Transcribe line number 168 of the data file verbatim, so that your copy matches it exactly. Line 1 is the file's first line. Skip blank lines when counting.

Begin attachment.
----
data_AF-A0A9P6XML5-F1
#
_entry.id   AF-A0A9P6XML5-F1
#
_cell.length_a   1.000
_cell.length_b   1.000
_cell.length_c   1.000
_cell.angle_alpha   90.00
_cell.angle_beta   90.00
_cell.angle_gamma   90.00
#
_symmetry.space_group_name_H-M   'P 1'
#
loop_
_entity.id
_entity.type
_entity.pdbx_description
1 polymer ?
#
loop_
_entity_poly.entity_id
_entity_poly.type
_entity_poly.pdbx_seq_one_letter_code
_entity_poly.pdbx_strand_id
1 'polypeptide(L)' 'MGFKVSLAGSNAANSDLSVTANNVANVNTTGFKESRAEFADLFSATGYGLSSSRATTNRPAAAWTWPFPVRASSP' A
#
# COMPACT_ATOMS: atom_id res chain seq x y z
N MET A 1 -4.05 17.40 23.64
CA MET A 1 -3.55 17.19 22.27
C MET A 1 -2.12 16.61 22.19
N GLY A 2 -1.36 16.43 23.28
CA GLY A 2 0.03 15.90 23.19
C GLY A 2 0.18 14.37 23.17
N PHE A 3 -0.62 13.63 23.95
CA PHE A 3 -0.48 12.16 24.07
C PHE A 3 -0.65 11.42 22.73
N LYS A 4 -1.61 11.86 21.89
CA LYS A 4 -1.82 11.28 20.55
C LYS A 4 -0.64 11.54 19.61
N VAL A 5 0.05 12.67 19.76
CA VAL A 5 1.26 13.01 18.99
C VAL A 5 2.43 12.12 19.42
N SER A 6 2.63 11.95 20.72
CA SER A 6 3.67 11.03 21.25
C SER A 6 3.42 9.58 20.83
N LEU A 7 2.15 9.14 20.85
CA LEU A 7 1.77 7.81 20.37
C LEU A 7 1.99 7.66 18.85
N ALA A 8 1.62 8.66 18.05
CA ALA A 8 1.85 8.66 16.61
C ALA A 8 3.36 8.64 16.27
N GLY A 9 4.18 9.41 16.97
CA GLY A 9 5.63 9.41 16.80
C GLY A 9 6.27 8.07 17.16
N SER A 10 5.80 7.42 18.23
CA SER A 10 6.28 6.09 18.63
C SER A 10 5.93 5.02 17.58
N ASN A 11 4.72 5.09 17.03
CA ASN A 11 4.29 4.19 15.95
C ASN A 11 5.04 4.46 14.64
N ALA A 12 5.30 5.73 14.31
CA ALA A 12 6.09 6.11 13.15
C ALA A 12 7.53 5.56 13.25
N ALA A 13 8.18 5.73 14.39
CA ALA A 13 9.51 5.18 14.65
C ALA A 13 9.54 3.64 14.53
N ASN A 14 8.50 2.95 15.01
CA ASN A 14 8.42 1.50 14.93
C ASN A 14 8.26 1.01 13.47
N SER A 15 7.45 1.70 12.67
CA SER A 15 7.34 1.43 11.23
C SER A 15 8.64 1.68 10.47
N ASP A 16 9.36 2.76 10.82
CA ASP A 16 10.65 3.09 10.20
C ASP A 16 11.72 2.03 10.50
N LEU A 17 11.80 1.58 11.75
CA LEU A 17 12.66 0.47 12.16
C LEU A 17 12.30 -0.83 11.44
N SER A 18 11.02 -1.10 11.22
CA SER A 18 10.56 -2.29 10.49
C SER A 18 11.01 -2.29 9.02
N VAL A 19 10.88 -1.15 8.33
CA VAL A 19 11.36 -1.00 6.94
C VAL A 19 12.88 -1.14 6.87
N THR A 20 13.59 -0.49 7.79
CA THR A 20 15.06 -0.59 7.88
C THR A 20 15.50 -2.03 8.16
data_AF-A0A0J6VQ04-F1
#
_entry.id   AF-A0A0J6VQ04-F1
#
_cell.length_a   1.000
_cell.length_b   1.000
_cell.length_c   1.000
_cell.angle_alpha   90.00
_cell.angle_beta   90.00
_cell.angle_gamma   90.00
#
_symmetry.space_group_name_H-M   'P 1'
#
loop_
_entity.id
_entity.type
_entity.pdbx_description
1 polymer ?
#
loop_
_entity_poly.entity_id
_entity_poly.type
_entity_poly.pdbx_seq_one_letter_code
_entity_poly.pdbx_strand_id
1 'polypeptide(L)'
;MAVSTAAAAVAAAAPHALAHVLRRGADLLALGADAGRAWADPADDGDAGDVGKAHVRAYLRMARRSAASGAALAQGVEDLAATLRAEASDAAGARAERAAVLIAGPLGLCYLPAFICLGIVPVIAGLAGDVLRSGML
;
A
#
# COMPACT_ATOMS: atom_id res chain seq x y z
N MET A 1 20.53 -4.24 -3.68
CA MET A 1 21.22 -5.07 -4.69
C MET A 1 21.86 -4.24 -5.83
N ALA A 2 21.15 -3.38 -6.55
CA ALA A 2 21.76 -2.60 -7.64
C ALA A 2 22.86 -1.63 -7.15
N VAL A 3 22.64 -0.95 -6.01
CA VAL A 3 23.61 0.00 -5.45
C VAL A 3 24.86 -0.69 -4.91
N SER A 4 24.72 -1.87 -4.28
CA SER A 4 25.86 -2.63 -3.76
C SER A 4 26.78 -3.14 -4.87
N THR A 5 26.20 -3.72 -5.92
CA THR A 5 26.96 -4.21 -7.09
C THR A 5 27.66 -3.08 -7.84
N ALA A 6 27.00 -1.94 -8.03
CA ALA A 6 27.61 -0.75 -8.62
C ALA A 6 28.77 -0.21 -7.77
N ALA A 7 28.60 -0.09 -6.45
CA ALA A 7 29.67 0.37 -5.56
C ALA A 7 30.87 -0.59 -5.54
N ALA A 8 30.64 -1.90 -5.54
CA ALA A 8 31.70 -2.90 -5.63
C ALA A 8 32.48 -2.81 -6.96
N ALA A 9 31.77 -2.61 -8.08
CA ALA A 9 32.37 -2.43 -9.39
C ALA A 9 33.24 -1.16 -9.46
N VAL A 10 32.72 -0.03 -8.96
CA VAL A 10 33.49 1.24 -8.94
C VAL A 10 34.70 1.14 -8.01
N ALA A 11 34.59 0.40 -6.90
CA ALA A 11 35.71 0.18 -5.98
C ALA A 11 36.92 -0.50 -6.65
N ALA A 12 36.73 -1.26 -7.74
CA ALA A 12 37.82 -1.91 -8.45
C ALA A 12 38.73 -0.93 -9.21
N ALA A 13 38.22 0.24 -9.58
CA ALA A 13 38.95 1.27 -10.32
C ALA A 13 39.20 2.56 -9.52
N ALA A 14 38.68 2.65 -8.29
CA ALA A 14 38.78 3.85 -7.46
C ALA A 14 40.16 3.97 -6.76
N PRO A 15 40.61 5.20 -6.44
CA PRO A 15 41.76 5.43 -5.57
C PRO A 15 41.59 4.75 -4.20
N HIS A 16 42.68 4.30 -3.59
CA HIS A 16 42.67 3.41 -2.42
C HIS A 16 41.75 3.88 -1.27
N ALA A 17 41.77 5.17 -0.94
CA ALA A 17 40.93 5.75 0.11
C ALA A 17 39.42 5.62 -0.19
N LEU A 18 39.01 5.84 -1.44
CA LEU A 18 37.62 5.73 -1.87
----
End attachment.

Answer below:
C ALA A 17 39.42 5.62 -0.19